Breathing new life into abandoned spaces
Edited on04 February 2019
Casoria is a heavily urbanised city that has suffered from years of political mismanagement. Thanks to participation in the URBACT sub>urban network, the municipality has been able to kick-start a process of community-led regeneration, beginning with the urban fringe.
Located 10 km from Naples, in a mess of urban sprawl beneath a major airport flight path, Casoria has struggled through years of economic and social crisis. If it once benefited from the post-war boom, there is little evidence today beyond the shells of old factories. A maze of roads and railway lines chokes the chaotic modern city, which is home to an estimated 7 000 unauthorised buildings. Many of these sit empty, surrounded by concrete. Unemployment is at 30% — rising to 65% among young people — and more and more people are forced to leave the area to find work elsewhere.
Trying to improve these conditions is notoriously difficult. Some problems are a reflection of national and regional inequalities. Others go back decades or are rooted deep in society. Despite this, in 2013 the municipality drew up an ambitious new urban plan, based on sustainable ecological models. The idea was to develop a network of abandoned and underused spaces that would be transformed into green or cultural hubs as the basis for a radical regeneration. After two years of preliminary work, as they waited for approval from the regional government, the municipality joined URBACT to share planning experiences with other cities
Starting from zero
“We had no experience of an initiative like this,” says Francesca Avitabile, an architect in the municipality’s Public Works Department. “Before anything else we had to learn how to work as a community.” Thanks to their participation in URBACT, the city set up a group of local stakeholders (URBACT Local Group) to plan actions. The group’s meetings were large while the minutes were published online. The aim was to plan a series of small interventions in line with the broader urban strategy. From the offset, for example, owners of key brownfield sites were asked to provide temporary public paths on their land to connect future regeneration sites directly with the city centre. This was a simple and effective way of challenging the city’s fragmented geography.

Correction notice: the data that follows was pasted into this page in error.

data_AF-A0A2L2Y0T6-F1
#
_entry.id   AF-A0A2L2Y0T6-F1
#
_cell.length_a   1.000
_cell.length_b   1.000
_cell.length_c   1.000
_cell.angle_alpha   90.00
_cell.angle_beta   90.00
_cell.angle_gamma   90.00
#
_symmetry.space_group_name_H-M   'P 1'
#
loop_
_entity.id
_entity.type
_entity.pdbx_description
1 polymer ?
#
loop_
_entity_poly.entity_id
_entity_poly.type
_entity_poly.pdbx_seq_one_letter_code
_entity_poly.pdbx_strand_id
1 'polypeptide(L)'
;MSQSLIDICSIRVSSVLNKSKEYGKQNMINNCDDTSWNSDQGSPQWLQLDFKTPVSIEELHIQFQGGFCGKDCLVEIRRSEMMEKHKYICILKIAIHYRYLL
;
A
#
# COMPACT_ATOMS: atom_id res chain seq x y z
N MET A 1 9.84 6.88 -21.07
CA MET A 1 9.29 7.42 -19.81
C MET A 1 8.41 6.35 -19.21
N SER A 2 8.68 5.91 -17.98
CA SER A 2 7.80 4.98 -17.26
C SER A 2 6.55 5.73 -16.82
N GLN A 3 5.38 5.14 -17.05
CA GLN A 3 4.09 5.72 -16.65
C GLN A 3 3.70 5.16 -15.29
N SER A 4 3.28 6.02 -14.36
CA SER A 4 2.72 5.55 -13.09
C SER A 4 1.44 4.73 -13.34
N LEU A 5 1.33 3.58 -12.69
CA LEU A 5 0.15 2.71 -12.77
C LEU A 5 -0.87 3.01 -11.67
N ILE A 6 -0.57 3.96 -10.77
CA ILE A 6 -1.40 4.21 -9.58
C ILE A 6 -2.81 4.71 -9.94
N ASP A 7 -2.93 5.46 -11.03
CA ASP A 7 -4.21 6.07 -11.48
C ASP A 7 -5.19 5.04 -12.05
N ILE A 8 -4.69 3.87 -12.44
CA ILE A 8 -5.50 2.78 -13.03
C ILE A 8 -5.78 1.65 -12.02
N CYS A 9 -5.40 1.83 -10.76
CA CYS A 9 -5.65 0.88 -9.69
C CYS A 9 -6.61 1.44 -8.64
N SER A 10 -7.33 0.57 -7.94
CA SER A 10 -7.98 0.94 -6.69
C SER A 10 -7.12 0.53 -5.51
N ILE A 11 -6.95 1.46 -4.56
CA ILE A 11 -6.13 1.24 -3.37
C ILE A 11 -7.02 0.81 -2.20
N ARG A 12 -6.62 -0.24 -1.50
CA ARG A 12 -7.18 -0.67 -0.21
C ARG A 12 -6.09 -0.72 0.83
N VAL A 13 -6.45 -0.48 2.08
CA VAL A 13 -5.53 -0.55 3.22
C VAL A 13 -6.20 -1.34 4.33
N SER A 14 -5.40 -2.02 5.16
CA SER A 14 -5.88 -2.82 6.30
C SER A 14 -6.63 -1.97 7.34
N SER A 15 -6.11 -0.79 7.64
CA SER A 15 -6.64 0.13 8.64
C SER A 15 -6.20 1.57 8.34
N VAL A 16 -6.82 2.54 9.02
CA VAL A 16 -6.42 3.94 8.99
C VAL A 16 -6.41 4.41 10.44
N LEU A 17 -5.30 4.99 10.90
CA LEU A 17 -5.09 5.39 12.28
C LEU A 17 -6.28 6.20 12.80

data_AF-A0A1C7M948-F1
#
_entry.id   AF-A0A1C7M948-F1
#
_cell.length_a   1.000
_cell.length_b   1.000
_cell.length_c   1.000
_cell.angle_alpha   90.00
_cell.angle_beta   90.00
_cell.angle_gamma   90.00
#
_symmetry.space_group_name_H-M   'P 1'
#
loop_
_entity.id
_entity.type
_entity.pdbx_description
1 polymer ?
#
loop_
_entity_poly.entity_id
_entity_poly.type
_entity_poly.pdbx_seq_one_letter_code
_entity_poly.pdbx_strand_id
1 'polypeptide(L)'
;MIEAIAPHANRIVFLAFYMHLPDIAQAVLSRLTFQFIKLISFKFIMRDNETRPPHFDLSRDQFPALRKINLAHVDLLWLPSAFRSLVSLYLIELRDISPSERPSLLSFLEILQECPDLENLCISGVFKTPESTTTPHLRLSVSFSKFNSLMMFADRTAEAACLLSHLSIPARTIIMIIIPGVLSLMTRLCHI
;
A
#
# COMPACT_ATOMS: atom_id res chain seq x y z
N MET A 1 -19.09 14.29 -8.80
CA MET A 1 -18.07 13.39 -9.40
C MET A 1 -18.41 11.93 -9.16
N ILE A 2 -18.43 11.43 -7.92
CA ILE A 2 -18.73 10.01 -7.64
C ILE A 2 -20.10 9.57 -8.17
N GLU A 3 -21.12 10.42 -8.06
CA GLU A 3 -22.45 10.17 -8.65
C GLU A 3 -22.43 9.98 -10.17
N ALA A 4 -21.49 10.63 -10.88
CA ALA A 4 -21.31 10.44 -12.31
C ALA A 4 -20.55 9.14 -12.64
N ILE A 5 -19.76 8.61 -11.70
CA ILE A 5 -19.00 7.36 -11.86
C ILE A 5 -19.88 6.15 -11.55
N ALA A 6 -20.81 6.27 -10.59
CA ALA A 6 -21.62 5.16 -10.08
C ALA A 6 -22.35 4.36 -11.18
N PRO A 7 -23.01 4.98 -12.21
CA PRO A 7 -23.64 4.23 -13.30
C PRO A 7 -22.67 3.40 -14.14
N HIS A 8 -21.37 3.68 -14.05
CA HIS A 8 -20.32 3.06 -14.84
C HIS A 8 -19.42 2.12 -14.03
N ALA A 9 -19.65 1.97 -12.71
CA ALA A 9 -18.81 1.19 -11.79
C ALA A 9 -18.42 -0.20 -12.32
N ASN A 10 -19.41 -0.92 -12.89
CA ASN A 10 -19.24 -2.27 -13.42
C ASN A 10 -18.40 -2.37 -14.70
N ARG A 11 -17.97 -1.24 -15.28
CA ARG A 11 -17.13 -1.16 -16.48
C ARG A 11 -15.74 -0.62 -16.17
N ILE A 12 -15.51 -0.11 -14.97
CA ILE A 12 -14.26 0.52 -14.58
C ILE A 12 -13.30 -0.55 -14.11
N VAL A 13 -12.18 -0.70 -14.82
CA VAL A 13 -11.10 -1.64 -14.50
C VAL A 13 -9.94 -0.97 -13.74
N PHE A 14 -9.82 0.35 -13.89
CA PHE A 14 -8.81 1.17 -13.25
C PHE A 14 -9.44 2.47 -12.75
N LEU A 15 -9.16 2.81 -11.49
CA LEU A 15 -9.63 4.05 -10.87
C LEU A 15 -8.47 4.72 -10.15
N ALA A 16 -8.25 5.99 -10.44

The group closely followed a step-by-step strategy, which formed the basis of their Integrated Action Plan. They had already identified Michelangelo Park, an overgrown ex-military base, as a pilot site from which to begin their gradual improvement of the town. “Transforming this was a practical demonstration of future visions, a prefiguration of those urban transformations that would be infeasible today,” says Enrico Formato, an external expert for Casoria, based at the University of Naples. During the development, the local group coordinated guerrilla gardening events and citizen-led clean-up initiatives. Even the furniture was co-designed during participatory sessions and procured for free, thanks to a programme of public sponsorship.
Rebuilding a local identity
In April 2018, Michelangelo Park was finally opened for use and it is now the biggest green space in the town. “This was the first tangible result of participatory methods in Casoria,” says Ms Avitabile. “It was the start of a whole new process for the community.” Even more remarkably, this was achieved in spite of sizeable political changes. In 2016, a new municipal administration was elected. And while the new party supported the park, they slowed down the wider implementation of the 2013 Structural Plan. That the sub>urban integrated plan survived this shift in policy is testament to the project’s popularity among citizens.
“As a result of URBACT, a network of associations and civic committees has been formed and consolidated in Casoria,” says Mr Formato. “Today even without a strong coordination of the municipal administration, they are carrying forward the ideas and methodologies shared during the sub>urban experience.” The ongoing development at another green site, Boccaccio Park, is the most visible sign of this unfolding impact. The main legacy, however, has been a shift in mentality. “URBACT is very important for people here,” confirms Ms Avitabile. “This wasn’t just about a park; it helped us rebuild our local identity.”
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